Archive for the ‘Milk Chocolate’ Category

https://www.youtube.com/watch?v=JzPtLYumFSo   Our friends the Candy Gurus tried out some new S’mores ideas in preparation for S’mores Day on August 10th!

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by TammyJo Eckhart

Are you sure what you’re eating is chocolate?

I run a blog called “The Chocolate Cult[1]”, and we’ve tested products from 201 different brands and companies in our five-year history.  We have a fairly broad definition of chocolate and chocolate-related products — if it contains at least one ingredient that comes from the cacao tree or the cocoa bean, we consider it to be “chocolate.”  However, when it comes to foods, candies, and drinks, we also prefer more pure or simple ingredients; the shorter the ingredient list, the better, in our experience. Most of the samples we are sent to feature are chocolate — white, milk, or various degrees of dark — but some are not.

Why does that matter?

It matters if you care about what you put into your body and where you spend your money.  While you may want to believe that companies in the USA are forced to be honest, the fact is that unless someone files a complaint, the amount of oversight in the food industry is relatively low (you can thank your Congress for that, since they oversee spending).  Time and again we see food and drink recalls on our newscasts; the Chocolate Cult has a weekly update on these matters.  From these constant recalls, it is clear to see that the US government is not strictly enforcing the regulations that exist.

Now, let’s be fair.  The simple fact is that businesses in the USA must, legally and practically, be focused on making profit.  However, in the name of profit some business owners will lie or mislead, subtly decreasing the percentage of chocolate and cocoa in their products, adding in potentially harmful or at least unnecessary ingredients, and even cutting costs through lax hygiene standards at their kitchens and factories at the expense of your safety.  But in the end it isn’t the companies’ job to protect your health; that’s your job.

Step One in protecting yourself and getting the best value for your money is to know what is and is not chocolate.

Many countries have food regulations – not all, but many.  While it is the job of the food producers and sellers to know what these regulations are, it is your job as the consumer to know as well. How can you trust what a label says if you don’t know what it should or should not say?

The Food and Drug Administration is the USA’s federal agency that oversees food and drug regulations, and this is where you need to turn first to learn about chocolate and cocoa regulations for products sold in America.[2]  If you consume chocolate or cocoa from other countries you’ll need to check their regulations; they are not the same.  Not only are there federal or nationwide food regulations, but individual states also have food regulations that you may need to be aware of.  Finally, differences in chocolate are a reflection of local or regional tastes and traditions, which is why Swiss chocolate seems creamy, German chocolate seems buttery, and Mesoamerican chocolate seems spicy.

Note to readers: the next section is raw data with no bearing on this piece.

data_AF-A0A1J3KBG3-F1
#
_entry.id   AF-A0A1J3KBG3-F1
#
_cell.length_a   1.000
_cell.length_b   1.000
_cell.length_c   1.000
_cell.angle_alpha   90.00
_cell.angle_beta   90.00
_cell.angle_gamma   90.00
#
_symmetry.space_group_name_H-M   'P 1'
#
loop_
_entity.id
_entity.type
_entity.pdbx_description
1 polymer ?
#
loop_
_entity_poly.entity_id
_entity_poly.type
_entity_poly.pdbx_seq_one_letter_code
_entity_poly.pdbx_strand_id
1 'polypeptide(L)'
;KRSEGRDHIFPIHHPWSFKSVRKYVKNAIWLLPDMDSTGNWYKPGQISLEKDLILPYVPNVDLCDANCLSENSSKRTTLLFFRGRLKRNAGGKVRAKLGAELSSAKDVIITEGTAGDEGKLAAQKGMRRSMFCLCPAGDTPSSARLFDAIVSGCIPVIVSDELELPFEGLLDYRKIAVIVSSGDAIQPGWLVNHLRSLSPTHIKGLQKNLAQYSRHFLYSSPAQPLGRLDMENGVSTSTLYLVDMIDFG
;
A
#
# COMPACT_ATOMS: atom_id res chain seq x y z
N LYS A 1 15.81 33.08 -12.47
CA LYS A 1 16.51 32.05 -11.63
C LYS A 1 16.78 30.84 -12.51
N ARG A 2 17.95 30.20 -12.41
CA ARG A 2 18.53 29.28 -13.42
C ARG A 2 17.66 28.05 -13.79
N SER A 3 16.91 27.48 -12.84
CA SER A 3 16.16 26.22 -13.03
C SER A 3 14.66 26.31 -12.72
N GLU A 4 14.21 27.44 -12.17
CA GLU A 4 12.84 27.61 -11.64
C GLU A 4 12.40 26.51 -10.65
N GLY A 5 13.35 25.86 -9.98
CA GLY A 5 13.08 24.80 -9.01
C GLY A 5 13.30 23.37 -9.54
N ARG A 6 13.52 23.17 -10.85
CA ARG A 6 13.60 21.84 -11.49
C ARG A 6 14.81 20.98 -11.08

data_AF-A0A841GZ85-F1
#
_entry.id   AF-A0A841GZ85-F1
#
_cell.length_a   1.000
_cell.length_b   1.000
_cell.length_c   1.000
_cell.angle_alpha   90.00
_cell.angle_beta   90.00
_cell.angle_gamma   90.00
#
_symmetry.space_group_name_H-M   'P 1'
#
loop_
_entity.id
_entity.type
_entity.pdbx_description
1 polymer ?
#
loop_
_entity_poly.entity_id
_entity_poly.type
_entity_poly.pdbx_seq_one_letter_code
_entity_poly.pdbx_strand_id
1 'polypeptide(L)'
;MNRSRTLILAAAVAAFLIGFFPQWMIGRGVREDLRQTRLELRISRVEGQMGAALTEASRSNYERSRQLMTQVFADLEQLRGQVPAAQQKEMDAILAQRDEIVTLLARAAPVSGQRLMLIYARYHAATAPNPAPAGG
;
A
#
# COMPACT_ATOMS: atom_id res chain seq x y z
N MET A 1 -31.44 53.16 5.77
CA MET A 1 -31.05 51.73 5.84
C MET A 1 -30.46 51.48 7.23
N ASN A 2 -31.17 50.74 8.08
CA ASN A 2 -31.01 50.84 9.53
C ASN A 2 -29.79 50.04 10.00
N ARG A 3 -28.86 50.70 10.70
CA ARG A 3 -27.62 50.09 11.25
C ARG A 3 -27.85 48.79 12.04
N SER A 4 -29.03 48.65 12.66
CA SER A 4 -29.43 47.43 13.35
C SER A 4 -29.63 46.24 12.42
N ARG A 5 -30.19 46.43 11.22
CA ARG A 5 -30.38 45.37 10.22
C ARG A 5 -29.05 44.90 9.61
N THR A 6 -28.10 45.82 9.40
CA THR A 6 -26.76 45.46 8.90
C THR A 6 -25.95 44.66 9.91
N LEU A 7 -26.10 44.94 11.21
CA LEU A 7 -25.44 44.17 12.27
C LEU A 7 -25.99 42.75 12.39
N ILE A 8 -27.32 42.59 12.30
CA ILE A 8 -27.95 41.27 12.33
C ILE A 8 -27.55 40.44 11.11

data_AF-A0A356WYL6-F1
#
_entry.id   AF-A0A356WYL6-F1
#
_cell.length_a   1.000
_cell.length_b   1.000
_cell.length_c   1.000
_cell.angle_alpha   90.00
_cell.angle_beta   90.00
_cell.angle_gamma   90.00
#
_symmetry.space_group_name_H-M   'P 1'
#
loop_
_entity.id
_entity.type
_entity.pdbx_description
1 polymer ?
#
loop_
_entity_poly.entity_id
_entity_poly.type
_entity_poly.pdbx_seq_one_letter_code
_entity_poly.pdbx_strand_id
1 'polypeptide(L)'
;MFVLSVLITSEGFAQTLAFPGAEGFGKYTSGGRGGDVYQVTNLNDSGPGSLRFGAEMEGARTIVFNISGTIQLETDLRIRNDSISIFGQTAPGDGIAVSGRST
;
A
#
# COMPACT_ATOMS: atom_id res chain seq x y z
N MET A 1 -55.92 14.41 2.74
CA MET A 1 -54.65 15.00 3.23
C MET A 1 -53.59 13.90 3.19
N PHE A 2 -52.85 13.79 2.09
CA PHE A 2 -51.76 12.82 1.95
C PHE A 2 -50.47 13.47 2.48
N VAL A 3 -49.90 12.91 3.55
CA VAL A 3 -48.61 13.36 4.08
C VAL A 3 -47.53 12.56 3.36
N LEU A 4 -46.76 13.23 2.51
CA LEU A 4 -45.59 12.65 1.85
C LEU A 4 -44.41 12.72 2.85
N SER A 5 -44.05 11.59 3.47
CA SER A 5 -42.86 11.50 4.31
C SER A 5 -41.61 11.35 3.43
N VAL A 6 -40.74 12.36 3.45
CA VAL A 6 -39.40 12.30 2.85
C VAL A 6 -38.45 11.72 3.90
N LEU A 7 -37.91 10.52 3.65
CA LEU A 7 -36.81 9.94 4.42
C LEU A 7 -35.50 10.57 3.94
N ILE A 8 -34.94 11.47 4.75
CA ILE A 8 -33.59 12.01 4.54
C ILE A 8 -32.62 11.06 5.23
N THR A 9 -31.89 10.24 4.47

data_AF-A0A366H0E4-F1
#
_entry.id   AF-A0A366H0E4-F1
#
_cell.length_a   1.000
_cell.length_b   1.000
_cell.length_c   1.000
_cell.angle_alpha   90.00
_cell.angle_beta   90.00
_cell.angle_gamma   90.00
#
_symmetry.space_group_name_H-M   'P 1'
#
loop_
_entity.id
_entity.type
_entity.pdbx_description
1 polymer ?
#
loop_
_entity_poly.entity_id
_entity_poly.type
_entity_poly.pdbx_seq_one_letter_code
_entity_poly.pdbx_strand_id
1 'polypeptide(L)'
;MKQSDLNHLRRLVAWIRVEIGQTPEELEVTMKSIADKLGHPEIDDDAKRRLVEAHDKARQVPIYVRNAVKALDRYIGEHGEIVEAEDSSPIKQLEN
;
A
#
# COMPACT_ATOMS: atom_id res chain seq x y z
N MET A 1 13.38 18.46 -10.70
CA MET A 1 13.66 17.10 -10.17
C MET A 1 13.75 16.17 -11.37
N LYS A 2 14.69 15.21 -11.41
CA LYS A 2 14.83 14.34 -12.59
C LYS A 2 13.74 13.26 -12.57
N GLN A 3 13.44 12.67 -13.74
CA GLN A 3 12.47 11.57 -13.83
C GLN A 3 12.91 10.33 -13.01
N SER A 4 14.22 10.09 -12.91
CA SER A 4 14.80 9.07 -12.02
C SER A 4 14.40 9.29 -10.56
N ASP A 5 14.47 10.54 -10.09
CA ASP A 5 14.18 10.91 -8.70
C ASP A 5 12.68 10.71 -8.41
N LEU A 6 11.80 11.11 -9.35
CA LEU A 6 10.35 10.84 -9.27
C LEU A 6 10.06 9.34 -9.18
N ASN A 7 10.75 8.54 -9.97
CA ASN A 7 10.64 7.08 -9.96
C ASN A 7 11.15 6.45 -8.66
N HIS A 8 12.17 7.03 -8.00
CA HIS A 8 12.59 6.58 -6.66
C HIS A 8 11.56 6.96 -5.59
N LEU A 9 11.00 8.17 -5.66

According to FDA regulations milk chocolate and white chocolate are limited by how much chocolate liquor (in the case of milk chocolate[3]) and how much cocoa butter (in the case of white chocolate[4]) they contain, as well as what added ingredients are allowed.  The FDA does not have a definition for dark chocolate, though they do list regulations for several other chocolate and cocoa variations. Please do check out the regulations to be aware of what you should be looking for if you want to enjoy or use chocolate.

Product labels generally express the amount of an ingredient as a percentage based on weight, so you will see products labeled “45% chocolate liquor” or “70% cacao.” By law the label must list the ingredients in order of greatest to least in the product.  Simply by checking the ingredient list you can get a good idea of whether a product meets FDA standards, but not all companies reveal everything on their labels, even if they are legally required to do so.

Perhaps in later months I’ll talk about the legal definitions of other types of chocolate. But for now, let’s look at one type of chocolate that repeatedly fails to meet FDA standards and that tends to be the most misleading of those we are sent to feature on The Chocolate Cult: white chocolate. By FDA regulations, at least 20% by weight of white chocolate’s fat content must come from cocoa butter.  It may also have “nutritive carbohydrate sweeteners,” a long list of dairy ingredients, “emulsifying agents,” antioxidants, whey or whey products, and several spices and flavorings that do not imitate ”the flavor of chocolate, milk, or butter.”  The legal code gives percentage information for all of these allowed ingredients, but just knowing which ones are allowed at all can help you determine if a product is white chocolate or not.